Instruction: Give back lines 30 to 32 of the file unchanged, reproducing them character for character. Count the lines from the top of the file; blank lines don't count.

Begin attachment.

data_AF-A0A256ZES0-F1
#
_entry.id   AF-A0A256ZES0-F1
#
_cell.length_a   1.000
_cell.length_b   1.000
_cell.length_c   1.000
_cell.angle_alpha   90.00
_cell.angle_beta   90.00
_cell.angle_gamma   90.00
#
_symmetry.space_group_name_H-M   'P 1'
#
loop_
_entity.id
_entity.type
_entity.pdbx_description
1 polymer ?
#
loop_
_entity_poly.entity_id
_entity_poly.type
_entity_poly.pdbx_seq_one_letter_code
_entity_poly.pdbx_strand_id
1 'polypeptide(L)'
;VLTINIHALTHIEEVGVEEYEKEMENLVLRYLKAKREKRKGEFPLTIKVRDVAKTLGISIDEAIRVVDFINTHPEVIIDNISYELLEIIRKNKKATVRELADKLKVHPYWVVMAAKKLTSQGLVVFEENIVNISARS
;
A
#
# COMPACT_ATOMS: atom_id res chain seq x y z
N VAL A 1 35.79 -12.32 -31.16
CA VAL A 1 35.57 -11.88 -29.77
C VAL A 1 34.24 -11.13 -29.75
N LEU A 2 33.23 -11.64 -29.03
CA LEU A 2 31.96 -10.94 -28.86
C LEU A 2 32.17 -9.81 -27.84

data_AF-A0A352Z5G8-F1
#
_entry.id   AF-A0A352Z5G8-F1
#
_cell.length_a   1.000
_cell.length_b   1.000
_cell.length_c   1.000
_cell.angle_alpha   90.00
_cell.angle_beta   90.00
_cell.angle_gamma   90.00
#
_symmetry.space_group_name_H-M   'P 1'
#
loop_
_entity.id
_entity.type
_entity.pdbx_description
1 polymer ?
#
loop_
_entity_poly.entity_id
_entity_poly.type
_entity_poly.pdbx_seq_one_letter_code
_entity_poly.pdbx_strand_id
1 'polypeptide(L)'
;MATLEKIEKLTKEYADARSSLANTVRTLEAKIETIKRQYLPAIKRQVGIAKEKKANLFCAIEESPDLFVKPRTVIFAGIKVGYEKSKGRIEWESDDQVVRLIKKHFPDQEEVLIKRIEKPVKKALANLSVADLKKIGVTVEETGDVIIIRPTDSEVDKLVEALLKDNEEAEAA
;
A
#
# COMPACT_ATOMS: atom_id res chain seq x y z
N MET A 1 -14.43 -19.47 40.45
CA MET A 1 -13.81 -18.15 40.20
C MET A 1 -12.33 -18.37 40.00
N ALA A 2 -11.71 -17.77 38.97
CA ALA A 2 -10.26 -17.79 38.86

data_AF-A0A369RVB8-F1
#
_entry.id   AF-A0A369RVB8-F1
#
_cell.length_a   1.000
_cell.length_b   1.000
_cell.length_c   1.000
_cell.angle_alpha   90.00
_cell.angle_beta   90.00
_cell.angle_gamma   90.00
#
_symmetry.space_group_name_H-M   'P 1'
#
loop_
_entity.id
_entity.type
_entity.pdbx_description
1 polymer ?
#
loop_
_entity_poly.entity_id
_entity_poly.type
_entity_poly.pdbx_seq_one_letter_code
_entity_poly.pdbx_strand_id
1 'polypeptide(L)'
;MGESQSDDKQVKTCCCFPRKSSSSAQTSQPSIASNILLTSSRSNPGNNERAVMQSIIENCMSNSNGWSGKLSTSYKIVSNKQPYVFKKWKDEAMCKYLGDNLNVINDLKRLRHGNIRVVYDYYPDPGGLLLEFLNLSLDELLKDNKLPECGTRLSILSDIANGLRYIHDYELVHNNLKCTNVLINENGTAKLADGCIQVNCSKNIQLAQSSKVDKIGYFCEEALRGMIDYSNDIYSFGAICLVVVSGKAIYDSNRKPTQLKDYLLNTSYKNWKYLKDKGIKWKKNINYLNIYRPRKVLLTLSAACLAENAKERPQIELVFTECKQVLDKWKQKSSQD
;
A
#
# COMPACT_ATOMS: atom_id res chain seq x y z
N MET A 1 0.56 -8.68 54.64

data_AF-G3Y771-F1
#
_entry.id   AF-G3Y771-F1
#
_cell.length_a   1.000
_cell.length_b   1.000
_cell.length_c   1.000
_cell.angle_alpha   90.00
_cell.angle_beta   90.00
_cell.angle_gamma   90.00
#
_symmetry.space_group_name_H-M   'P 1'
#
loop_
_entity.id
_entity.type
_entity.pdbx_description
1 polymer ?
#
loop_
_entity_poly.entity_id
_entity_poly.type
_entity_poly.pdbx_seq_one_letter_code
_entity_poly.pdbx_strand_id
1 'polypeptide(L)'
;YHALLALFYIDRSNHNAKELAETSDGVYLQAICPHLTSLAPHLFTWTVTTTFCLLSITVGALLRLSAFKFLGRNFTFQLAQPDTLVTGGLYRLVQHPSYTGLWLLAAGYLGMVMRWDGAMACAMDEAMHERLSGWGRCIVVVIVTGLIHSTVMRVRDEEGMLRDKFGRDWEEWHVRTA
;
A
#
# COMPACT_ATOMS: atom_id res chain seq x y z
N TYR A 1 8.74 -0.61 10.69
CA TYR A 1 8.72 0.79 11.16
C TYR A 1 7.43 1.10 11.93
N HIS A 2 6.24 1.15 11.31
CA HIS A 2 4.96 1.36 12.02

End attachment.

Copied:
# COMPACT_ATOMS: atom_id res chain seq x y z
N VAL A 1 35.79 -12.32 -31.16
CA VAL A 1 35.57 -11.88 -29.77